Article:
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parinirvana?
Answer
1/28/10 9:32 PM
I am more interested in practical dharma, but this weird feeling is sort of haunting me and I was hoping someone could resolve this.

I'm confused about what exactly the motivations are for the very end of the dharma path. I have yet to attain to stream-entry, but it seems like an attainment of a fruition is an experience-less experience (like blacking out drinking?) with a wave of intense bliss and gratitude that follows it. Along with the obvious benefits that come from being more enlightened.

Or is there actually some sort of experience (of course I know it would be neither experience nor non-experience since both are concepts) taking place in nirvana, but the brain just has no way of making memories out of what was experienced? So it can't be recalled?

What are the advantages of parinirvana upon the death of an arhat over, say, living a deluded, but beautiful existence, in a god-realm? Which this 21st century human existence sort of is compared to all the other poor creatures on this planet.

Yes, I understand that there is nobody experiencing all of this in the first place, that the idea of a "reference-point" is incorrect, and the Truth is a referenceless emptiness. However, isn't a deluded dream-like existence in a realm with minimal suffering somewhat more interesting than a sort of blinking-out in eternal peace?

Someone stop me before I become an arhat and die! Of course if I get that far, I probably wouldn't regret it. But from my perspective "back here" it is impacting my practice and making me ambivalent in my motivations...though my drive to practice is still very strong. So someone help me out here.

My feeling is that nature is going to do what it's going to do and "I" don't really have much of a choice in this matter anyways....I'm blaming this absurd anxiety in this issue on my primitive fear-based self-centric animalistic survival instincts.

RE: parinirvana?
Answer
1/29/10 1:17 AM as a reply to Tom Tom.
Of course, according to Buddhist scripture all those realms are also prone to decay and existence would eventually fall back into a realm of suffering where "I" would be forced to confront the same issues again. And I would also have no recollection of ever having lived in those beautiful realms...and maybe "I" already have....

So maybe I should just shut up and start investigating the three characteristics of all these thoughts instead of thinking about them...

Maybe I'll do that.

RE: parinirvana?
Answer
1/29/10 1:59 AM as a reply to Tom Tom.
As the Zen master said when asked about what happens to Zen masters when they die, "I don't know. I may be a Zen master, but I am not a dead one."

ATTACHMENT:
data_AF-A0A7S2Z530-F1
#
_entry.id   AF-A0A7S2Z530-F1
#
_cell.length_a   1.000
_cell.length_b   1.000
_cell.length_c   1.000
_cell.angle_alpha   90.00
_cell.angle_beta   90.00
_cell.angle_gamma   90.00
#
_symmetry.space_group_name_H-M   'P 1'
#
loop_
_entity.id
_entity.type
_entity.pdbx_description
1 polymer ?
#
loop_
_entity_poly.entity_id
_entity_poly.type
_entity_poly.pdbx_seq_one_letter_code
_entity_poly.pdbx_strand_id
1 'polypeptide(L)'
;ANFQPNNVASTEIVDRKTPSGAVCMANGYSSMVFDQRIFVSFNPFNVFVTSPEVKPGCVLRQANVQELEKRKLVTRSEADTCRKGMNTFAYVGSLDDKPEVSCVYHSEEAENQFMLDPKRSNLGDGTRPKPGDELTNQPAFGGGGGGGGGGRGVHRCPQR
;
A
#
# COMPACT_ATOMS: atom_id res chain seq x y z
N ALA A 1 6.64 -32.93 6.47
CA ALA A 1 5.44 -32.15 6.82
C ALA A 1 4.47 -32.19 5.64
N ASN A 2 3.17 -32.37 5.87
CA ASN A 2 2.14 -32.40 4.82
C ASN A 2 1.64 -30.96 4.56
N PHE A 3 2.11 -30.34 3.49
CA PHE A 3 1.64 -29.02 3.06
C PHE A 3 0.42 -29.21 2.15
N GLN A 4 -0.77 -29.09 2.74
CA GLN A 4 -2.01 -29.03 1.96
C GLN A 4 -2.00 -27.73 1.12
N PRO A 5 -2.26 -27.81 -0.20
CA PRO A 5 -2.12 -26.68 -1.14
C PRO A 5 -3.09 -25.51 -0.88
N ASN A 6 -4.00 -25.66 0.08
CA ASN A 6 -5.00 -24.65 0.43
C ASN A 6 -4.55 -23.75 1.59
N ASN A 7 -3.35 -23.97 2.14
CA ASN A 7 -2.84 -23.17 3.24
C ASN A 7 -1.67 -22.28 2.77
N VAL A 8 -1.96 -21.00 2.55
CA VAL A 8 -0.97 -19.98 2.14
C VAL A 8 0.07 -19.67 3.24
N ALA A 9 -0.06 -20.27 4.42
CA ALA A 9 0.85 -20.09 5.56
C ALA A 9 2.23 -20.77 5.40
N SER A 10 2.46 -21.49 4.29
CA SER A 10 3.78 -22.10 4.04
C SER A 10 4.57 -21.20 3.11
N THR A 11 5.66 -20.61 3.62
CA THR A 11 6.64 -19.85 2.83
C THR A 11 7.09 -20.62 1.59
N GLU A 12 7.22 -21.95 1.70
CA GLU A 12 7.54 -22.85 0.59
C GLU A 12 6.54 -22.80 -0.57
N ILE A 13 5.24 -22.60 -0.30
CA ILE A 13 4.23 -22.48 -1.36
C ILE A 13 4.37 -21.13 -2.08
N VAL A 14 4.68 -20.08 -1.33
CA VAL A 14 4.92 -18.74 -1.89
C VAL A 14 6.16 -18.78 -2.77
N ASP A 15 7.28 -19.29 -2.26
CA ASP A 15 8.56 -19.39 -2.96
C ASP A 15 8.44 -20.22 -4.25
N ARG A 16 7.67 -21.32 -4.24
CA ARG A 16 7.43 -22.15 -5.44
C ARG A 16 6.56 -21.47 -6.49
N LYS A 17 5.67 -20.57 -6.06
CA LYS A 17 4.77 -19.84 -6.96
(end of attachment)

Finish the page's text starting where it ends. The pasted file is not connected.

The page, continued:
In that same vein, I may be an arahat, but I am not a dead one, and all I can speak of with any authority is what is happening now and what I know, so here's my take on it:

If you have to do this, you should, as it helps with that.
It rights some perspective problem at the core of perception itself and that feels better and helps a lot with many things.
Everyone I know who has done this, after some period of stabilization and disappointment, has told me they think it was worth it, and most rank it among their most important accomplishments.

Bliss is great, obviously. However, I personally have a very hard time getting myself to really stay with it for too long, as it rapidly satisfies the desire for it, and then the desire fades, and then the attention to the bliss fades, which, being the condition upon which the bliss depends, causes the bliss to fade rapidly, meaning: I think that bliss for thousands of years would be strangely dull and quite rapidly so, but that is just me.

Oh, and I should mention the Bodhisattva Paradox. This one is always a source of fun and discussion, particularly between Theravada and Mahayana types. As we balance emptiness and compassion, to verge into Mahayana terminology, we find that, while empty, the system wants things to be well, and the more individuals realize they are part of the system, the more there is a natural welling up of the compassionate wish to make the system better, meaning to help the beings that makeup the living part of that system. Given that, emptiness itself generates compassion, and curiously the more awareness there is of emptiness, the more compassion functions better, and thus, this generates intentions to make things good, to help, and these resonate through time and space out into the rest of the system.

This is not eternal life, really, nor it is it anything other than what it is, but the effect remains, and is the compassionate side of the parinibbana coin and should be considered when entertaining notions about what all this leads to and what is good and the best outcome of insight.

RE: parinirvana?
Answer
1/29/10 5:29 PM as a reply to Tom Tom.
Thomas Allen Vitale:
I am more interested in practical dharma, but this weird feeling is sort of haunting me and I was hoping someone could resolve this.

I'm confused about what exactly the motivations are for the very end of the dharma path. ..isn't a deluded dream-like existence in a realm with minimal suffering somewhat more interesting than a sort of blinking-out in eternal peace?


Yeah, I've got the same weird feeling. However, I don't even believe in god-realms or any of that. There is a problem with following the Dharma if two factors come together:

1.) Believing Nirvana really means the extinction of everything, no trace of being continuing.